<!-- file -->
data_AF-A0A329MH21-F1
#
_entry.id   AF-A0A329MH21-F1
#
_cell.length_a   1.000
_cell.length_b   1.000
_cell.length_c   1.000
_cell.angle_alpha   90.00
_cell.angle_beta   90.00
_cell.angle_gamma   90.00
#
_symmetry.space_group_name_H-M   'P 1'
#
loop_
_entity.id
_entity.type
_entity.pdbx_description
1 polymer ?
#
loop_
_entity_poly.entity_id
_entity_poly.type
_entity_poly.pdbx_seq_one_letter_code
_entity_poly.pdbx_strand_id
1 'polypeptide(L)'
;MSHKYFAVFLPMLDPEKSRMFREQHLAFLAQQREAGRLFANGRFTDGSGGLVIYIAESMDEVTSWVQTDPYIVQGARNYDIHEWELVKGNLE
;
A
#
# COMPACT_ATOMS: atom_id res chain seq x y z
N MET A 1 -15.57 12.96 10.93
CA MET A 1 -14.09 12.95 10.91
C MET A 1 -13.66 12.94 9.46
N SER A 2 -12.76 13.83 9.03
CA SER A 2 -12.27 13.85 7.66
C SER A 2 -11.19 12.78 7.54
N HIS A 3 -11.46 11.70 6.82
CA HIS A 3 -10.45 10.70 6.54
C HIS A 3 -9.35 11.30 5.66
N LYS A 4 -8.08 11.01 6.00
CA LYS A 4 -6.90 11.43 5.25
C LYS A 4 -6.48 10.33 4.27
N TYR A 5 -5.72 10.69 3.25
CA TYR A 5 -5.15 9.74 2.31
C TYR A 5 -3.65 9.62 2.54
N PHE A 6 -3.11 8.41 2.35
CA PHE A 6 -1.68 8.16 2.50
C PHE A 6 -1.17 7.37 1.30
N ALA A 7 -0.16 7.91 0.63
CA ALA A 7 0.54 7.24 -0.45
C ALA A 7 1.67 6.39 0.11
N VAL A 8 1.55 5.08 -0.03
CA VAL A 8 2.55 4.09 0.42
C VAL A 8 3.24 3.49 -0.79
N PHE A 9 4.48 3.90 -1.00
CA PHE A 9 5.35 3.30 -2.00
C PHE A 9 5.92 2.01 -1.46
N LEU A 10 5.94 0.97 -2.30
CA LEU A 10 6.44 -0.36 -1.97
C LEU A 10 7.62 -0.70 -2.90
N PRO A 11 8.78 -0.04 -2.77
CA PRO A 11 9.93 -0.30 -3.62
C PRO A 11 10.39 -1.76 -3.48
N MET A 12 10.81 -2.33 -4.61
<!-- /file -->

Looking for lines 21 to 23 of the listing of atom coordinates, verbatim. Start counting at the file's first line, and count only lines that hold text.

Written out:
_entity_poly.entity_id
_entity_poly.type
_entity_poly.pdbx_seq_one_letter_code